Police in Florida say a man who did time in prison a decade ago on firearms violations gunned down his six grandchildren and his daughter before turning a weapon on himself.

Authorities say Don Spirit, 51, called 911 on Thursday to report that he might harm himself or others. When a sheriff’s deputy arrived, Spirit fatally shot himself. The deputy subsequently found the bodies of his seven victims “all over on the property,” at the rural home in the town of Bell, Gilchrist County Sheriff Robert Schultz said.

“There’s still a lot of unanswered questions. There’s going to be questions that we’re never going to get answered,” Schultz said, according to The Associated Press.

The sheriff did not say if the 28-year-old victim, identified as Sarah Lorraine Spirit, was the mother of any of the slain children — two boys and four girls.

He declined to say what type of weapon was used in the mass slaying.

Schultz is quoted by Bay News 9 as saying that Spirit had served a minimum prison sentence for a felony firearms violation that resulted from the 2001 shooting death of his 8-year-old son, apparently in a hunting accident.

According to the Tampa news station: “Spirit’s three years in prison came after pleading guilty to accidentally shooting his son Kyle, 8, on Nov. 14, 2001, during a hunting trip to Three Lakes Wildlife Management Area near Kenansville.”

Update at 11:45 a.m. ET: Authorities: Still No Motive

The Sun Sentinel writes:

“[After] investigating through the night, Gilchrist County deputies still don’t know why” Spirit opened fire on his family.

“At a news conference Friday morning, Gilchrist County School District Superintendent Rob Rankin said at least 25 grief counselors were sent to local schools, including the one attended by the victims, Bell Elementary.

“‘It hurt me to be on campus and see the kids feeling the way they did this morning,’ Rankin said. ‘It’s devastating to our school.’”

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French Jets Conduct First Airstrikes Against ISIS In Iraq

By Scott Neuman on September 19th, 2014 | Last updated: September 19, 2014 at 9:38 am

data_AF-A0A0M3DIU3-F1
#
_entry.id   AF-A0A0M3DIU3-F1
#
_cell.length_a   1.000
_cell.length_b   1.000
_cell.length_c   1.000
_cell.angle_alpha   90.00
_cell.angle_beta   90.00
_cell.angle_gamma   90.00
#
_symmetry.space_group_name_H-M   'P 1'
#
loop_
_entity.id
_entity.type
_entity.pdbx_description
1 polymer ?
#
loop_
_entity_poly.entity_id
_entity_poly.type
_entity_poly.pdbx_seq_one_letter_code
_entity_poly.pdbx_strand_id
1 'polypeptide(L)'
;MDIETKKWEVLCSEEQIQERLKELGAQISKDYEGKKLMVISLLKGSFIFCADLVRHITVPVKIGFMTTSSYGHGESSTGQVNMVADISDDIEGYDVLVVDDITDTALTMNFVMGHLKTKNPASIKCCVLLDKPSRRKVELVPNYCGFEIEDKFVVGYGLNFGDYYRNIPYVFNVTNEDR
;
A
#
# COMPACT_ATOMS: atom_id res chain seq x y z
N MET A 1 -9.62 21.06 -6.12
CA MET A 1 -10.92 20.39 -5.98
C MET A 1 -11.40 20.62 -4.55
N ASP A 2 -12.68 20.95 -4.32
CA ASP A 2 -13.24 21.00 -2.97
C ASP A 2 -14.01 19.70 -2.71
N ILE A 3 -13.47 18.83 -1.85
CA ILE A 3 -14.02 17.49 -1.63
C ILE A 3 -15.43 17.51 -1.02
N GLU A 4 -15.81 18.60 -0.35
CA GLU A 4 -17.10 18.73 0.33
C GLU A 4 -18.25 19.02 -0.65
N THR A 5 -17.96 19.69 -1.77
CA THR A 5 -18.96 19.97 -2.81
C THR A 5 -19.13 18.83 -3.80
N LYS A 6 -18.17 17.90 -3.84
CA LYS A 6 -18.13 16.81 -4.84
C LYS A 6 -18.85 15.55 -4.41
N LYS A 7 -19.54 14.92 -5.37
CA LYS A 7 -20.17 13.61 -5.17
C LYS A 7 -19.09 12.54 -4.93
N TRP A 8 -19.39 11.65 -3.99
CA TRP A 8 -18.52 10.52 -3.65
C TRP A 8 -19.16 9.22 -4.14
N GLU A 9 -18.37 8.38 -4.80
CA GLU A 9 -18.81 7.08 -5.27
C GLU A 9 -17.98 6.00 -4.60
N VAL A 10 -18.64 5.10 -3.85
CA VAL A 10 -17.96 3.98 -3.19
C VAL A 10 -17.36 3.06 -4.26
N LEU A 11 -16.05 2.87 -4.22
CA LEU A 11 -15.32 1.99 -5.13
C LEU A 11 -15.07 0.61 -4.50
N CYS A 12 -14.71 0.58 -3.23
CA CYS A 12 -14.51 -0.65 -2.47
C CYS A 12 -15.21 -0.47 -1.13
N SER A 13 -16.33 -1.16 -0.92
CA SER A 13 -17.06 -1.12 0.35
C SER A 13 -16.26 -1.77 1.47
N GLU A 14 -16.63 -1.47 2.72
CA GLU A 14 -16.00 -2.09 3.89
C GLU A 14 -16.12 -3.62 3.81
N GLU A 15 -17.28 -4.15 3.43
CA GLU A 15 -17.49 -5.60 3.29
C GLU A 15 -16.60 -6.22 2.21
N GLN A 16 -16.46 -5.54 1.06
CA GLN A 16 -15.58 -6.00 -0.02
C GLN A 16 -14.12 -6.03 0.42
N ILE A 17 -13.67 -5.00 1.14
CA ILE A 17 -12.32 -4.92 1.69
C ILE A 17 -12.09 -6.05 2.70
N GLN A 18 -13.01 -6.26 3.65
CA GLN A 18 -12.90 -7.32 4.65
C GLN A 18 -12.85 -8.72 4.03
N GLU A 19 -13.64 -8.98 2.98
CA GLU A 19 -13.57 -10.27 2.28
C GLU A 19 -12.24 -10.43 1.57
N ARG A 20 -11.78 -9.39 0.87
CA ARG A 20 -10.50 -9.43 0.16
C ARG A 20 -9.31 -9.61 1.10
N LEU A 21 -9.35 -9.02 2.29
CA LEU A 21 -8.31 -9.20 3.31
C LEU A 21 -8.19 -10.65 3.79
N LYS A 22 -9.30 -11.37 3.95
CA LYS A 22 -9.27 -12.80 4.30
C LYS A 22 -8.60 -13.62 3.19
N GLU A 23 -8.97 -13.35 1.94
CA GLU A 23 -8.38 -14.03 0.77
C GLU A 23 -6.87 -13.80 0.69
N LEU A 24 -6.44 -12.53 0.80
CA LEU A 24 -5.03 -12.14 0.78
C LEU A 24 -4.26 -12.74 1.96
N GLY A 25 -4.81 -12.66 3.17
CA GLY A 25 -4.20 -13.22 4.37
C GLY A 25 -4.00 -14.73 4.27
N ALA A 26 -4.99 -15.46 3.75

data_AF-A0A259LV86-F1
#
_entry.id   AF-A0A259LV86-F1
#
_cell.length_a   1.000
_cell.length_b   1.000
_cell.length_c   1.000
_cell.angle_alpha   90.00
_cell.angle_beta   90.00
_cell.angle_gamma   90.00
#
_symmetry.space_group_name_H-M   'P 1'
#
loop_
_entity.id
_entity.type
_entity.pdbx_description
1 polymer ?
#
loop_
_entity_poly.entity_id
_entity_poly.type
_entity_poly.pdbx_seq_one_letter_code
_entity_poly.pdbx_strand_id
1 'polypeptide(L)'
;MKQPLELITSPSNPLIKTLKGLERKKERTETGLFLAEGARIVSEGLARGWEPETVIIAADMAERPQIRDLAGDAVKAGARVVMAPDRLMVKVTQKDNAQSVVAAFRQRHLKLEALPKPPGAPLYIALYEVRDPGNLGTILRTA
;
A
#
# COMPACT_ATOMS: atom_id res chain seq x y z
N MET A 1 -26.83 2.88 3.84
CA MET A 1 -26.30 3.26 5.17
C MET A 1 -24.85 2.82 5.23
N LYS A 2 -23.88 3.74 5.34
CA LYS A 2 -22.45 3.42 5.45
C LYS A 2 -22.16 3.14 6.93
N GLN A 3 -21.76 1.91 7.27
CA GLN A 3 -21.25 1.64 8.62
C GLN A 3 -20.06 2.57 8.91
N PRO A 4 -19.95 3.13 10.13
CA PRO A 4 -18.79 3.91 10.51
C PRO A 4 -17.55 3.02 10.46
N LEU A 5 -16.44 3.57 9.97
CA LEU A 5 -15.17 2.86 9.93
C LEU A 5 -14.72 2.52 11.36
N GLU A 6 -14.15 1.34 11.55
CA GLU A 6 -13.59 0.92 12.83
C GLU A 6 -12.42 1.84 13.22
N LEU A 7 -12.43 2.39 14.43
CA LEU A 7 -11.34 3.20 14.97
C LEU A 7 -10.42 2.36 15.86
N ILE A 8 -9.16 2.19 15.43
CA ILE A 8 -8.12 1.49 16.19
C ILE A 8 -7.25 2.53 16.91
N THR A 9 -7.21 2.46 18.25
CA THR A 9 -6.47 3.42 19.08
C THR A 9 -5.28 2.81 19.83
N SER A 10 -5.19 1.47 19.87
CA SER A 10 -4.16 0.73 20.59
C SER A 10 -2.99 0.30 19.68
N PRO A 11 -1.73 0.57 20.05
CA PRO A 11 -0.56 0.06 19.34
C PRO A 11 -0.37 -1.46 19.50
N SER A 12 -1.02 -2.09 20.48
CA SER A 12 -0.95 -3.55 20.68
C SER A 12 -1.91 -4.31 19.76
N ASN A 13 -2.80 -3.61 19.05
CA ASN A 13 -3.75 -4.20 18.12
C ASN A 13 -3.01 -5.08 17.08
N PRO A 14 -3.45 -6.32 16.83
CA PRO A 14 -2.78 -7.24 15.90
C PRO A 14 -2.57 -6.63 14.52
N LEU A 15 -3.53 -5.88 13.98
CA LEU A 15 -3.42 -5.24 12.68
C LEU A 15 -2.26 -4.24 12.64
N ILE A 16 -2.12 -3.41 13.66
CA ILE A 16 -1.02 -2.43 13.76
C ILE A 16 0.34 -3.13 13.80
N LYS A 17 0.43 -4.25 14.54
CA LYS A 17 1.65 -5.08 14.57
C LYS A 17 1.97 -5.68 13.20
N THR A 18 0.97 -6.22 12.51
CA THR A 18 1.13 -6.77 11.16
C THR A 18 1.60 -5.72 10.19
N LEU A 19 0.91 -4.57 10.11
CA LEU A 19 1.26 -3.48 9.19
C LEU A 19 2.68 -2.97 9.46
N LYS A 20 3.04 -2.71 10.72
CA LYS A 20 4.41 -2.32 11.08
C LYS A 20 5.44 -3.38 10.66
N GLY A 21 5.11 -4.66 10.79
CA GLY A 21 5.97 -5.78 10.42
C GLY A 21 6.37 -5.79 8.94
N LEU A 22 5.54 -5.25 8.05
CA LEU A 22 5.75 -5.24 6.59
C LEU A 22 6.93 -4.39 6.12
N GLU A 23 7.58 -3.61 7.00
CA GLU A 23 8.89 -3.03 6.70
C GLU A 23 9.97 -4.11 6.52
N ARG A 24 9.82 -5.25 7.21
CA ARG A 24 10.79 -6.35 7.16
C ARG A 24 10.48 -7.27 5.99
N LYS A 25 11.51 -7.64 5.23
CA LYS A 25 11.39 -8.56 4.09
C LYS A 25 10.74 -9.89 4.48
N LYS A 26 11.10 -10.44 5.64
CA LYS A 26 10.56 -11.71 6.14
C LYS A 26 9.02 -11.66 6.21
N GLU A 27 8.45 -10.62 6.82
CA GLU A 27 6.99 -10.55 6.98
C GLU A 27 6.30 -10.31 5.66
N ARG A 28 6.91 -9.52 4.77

French warplanes conducted their first airstrikes against targets in northern Iraq just hours after the U.S. Senate approved arming and training Syrian rebels to enter the fight against Islamic State militants.

Rafale fighters struck a logistics depot, which French President Francois Hollande declared “entirely destroyed.”

Hollande, speaking to reporters in Paris, congratulated the pilots “who successfully fulfilled this mission.”

A statement released earlier by the Elysée presidential palace promised “other operations will follow in coming days.”

The New York Times writes: “Remarking on the violent tactics employed by the Sunni militants, who have conquered wide swaths of territory in Iraq and Syria, Mr. Hollande said Thursday at a news conference in Paris that the group had been able to grow partly because the international community had failed to intervene. But he emphasized that France’s role would be limited to providing air support, including strikes, in Iraq.”

The Associated Press says: “U.S. Central Command said Thursday the U.S. military has conducted 176 airstrikes in Iraq since Aug. 8. On Wednesday, it hit a militant training camp southeast of Mosul and an ammunition stockpile southeast of Baghdad. It has also conducted a number of strikes this week in Iraq’s Anbar province, near the strategic Haditha Dam.”

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As Scotland Rejects Independence, Cameron Promises More Autonomy

By Scott Neuman on September 19th, 2014 | Last updated: September 19, 2014 at 11:38 am

Updated at 11:27 a.m. ET